Ever wonder what the children would look like if an iPhone mated with the AIBO robot dog? It turns out that you won't have to wait long to find out.
Bandai is about to release a cute little robot dog that uses the iPhone as its head and brain, while emulating quite a few of the AIBO general behaviors.
Several readers have asked about the NAO robot teams competing at RoboCup 2011, so we decided to try and put the situation in perspective, and take a look at the rulebook, which turned out to be much more complex than we had imagined.
The RoboCup Standard Platform category was originally designed to be exactly that - a "standard platform". The concept was to create a uniform playing environment where all the teams used the same robots, the same restrictions, and the same advantages. At the same time they would have a free hand to experiment and innovate with the software, AI, and algorithms in order to coax the best performance out of their robots and win the match.
DasaRobot (Korea) was exhibiting its GENIBO dog robot at InnoRobo 2011 in Lyon, France last week, and Philippe Kervizic of Robotics Business was kind enough to send in this video footage of the performance:
GENIBO appears, in many ways, to be quite similar to the discontinued SONY AIBO canine robot, but according to the company it was deliberately designed to be more "dog-like" in appearance and behavior. It also lists at a significant discount below the old AIBO price tag.
So far we haven't had the opportunity to road-test the robot, and haven't caught sight of one in any of the robot shops and exhibitions here. Hopefully we'll have the chance soon.
Although many people automatically think of LEGO's as children's toys, they are actually a great tool for prototyping designs and even replicating mechanisms that would be difficult, and quite expensive, using other methods.
For example, when Jin Sato fell in love with Sony's AIBO robot dog but couldn't afford to buy one, he recreated the robot using LEGO Mindstorms, and dubbed his robo-canine creation “MIBO”.
Now a journalist (Adam Rutherford) and a designer (Andrew Carol) came up with the idea using LEGOs to recreate the world's oldest known computer, the Antikythera mechanism that is believed to date back to 150 BC, over 2000 years ago.
And, while we're at it, here's Jin Sato's MIBO robot dog celebrating it's 6th birthday:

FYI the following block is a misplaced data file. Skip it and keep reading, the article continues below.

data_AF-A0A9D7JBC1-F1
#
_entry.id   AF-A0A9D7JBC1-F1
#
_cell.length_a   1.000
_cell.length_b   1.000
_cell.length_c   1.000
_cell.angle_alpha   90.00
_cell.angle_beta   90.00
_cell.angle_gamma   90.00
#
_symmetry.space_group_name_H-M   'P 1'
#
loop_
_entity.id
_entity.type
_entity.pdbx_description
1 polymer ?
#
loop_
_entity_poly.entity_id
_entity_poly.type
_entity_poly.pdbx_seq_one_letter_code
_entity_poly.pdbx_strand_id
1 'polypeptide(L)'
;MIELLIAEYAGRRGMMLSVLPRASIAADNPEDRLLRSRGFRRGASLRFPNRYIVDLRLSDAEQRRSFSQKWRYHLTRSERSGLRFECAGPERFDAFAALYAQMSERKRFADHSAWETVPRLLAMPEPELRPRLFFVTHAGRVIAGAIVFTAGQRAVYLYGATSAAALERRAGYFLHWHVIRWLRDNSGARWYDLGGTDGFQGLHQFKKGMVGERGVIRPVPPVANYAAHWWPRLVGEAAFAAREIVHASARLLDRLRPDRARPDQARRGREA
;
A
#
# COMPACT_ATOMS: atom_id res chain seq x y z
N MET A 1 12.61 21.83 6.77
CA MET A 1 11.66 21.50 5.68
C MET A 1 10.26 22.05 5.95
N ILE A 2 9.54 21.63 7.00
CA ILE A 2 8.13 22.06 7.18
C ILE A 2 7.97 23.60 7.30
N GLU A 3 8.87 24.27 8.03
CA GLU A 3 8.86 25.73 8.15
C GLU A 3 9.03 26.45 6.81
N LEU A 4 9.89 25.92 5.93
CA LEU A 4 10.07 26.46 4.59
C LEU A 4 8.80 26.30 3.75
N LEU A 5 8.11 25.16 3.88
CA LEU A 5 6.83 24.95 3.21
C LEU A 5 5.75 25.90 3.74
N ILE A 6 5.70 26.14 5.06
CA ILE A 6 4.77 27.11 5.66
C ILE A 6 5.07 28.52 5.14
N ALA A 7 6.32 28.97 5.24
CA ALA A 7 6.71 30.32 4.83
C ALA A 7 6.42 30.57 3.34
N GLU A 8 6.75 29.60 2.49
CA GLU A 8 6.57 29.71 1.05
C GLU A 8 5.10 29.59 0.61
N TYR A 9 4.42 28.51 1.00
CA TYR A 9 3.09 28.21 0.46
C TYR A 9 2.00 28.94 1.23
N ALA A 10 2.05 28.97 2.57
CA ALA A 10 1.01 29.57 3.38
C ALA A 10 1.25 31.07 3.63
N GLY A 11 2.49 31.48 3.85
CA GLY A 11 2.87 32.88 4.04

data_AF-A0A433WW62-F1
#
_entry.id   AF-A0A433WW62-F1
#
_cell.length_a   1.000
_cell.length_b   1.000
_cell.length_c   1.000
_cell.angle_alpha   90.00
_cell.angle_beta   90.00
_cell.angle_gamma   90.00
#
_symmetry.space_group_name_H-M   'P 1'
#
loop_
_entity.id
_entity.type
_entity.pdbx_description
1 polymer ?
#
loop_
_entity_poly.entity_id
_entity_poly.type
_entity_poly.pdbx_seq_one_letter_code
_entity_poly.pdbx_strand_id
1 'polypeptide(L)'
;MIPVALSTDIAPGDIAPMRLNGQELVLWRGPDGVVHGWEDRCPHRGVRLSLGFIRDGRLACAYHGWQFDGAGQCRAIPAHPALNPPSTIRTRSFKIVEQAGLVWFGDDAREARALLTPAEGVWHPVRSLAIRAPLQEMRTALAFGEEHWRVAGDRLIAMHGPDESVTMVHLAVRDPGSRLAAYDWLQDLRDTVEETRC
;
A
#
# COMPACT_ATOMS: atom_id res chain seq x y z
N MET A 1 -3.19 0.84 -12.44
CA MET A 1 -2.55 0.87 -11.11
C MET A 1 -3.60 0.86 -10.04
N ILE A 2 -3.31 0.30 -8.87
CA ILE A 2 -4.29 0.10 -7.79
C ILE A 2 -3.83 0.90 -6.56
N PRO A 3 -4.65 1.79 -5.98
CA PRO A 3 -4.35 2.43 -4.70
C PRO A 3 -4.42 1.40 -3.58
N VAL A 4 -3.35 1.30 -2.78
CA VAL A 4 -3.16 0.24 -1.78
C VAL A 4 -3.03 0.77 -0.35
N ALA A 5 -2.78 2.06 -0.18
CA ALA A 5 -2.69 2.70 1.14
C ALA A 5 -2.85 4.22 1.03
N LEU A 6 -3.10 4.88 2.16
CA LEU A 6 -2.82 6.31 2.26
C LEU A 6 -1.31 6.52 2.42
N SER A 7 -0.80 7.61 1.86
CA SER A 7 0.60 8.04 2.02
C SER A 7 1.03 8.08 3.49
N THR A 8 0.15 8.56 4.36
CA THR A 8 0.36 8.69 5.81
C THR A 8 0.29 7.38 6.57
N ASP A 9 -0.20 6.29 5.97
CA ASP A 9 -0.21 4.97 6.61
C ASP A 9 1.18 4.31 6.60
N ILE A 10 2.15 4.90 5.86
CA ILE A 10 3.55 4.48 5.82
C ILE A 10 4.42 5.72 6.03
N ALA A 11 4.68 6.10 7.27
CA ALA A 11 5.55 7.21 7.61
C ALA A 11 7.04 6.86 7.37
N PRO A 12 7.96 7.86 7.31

This one really had us chuckling….
Usually robot builders tend to be very literal and don’t have a highly developed sense of humor or marketing savvy. But themumbys on eBay in Canada apparently is the “exception that proves the rule.”
They recently posted a used I-Cybie robot dog, which is fine-no chuckles there. But, it was the “marketing speak” they used that tickled our funnybone. The i-Cybie is described as a “rare and excellent ‘clone’ of the Aibo” and includes “the extremely rare Programming Card.” And the kicker, the robot dog has already been “pre-modified” to add a serial port. As for the robots operational condition, well the ad states, “The robot worked perfectly last I used him, but I haven’t used him in over a year.”
All that being said, it does look like quite a buy, assuming it could be captured at the right price. We may even put in a bid ourselves.
We tend to focus on the technology and performance aspects of robots and robot companies we cover, but the business aspects are just as important, if not more so. You can design the best, fastest, most capable robot the world has ever seen, but if you can't get investment capital to fund bringing that great product to the market then it's kind of meaningless.
We've been convinced for a long time that the NAO robot developed by Aldebaran Robotics in France was very, very hot. Now it turns out that they have been able to successfully pitch that same message to key venture capital investors. Last Friday they announced the closing of their first round of venture capital financing with a whopping 5 million euro (approximately USD $7.35 million) investment lead by CDC Innovation.
’NAO Robot Racks Up 5 Million Big Ones’ continues